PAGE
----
Evolution of our inland rivers
The impact of this projected drying pattern on Australia’s inland rivers is expected to be profound.
Despite only occupying around 3.8% of the Murray-Darling Basin, the Upper Murray, Mitta Mitta, Kiewa, and Ovens rivers presently provide a large amount of flow within the lower Basin (33% of average annual flows).
These rivers flow out of the southeastern highlands towards the Murray River, but over the next 50 years they’re expected to experience declining downstream flows. This leads to less efficient flushing of sediment downstream, which, in turn, will increase sediment deposition within these rivers, reducing their size.
Other rivers – such as the Murrumbidgee and Macintyre rivers – are expected to undergo even more dramatic changes to their structure and behaviour.
Right now these rivers maintain a winding course to the central Murray and Barwon rivers, respectively. But our projections suggest these continuous channels won’t be supported, and are likely to be interrupted by sections of channel breakdown.
Under a drier climate, rivers such as the Lachlan and Macquarie may come to resemble present-day central Australian rivers – only persisting as disconnected waterholes for long periods of time, with internationally important wetlands (Great Cumbung Swamp and Macquarie Marshes) much less frequently inundated.
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Such changes to river structure and function will have long-lasting impacts on water, sediment, and nutrient distribution. This will likely change the dynamics of the river ecosystem, as well as the way we manage and use these rivers.
A parched future
While our research hasn’t investigated the potential ecological, socio-economic or cultural effects of structural changes, we can expect them to be very significant, and potentially irreversible.
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Many of Australia’s native aquatic and dryland flora and fauna are adapted to a highly variable climate regime, but there are limits beyond which these ecosystems cannot recover or survive. For example, seeds and invertebrate eggs can survive many years buried in dry soil waiting for a flood, but if water doesn’t come, eventually they won’t be viable.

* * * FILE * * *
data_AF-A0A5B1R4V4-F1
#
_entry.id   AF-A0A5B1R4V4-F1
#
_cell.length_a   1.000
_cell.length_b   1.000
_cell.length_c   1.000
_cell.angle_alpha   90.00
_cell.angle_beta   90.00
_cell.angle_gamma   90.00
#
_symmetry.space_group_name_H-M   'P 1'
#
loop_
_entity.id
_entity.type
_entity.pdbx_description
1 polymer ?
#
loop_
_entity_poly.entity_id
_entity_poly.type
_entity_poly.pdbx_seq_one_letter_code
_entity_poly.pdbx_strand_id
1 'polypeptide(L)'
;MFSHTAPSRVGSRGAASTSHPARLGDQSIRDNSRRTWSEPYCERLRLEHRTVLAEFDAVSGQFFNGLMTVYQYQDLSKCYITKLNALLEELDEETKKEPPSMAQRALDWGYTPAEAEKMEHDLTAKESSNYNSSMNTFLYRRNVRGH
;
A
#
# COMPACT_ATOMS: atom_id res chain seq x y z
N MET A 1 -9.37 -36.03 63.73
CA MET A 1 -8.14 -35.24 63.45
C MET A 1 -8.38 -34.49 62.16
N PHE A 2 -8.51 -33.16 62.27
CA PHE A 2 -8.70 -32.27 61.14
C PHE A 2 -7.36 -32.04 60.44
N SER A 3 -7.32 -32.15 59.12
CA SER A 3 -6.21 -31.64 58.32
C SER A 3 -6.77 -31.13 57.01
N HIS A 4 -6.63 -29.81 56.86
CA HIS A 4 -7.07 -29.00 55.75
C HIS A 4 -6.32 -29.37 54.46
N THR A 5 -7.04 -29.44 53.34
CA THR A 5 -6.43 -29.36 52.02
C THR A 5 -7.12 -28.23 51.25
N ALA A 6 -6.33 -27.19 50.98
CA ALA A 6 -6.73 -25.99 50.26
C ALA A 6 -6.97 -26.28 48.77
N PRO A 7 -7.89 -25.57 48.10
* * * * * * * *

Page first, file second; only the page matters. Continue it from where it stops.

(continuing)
What’s more, extracting too much water from our inland river systems for agriculture or other uses will exacerbate the threats posed by a drying climate.
Given the complexity and tensions surrounding water use and water sharing in Australia’s inland rivers, particularly in the Murray-Darling Basin, understanding how these critical systems might respond in the future is now more important than ever.
Water is one of the most contested resources in Australia, and it’s the fundamentally important river and wetland ecosystems and agricultural industries that will bear the brunt of a drying climate.
To make sure outback communities can continue to survive, it’s vital we protect their lifeline. Water resource planning must include consideration of climate change, as the projected changes will likely increase pressure on already vulnerable systems.
Zacchary Larkin, Postdoctoral Researcher in Environmental Sciences, Macquarie University; Stephen Tooth, Professor of Physical Geography, Aberystwyth University, and Timothy J. Ralph, Senior Lecturer in Environmental Sciences, Macquarie University
This article is republished from The Conversation under a Creative Commons license. Read the original article.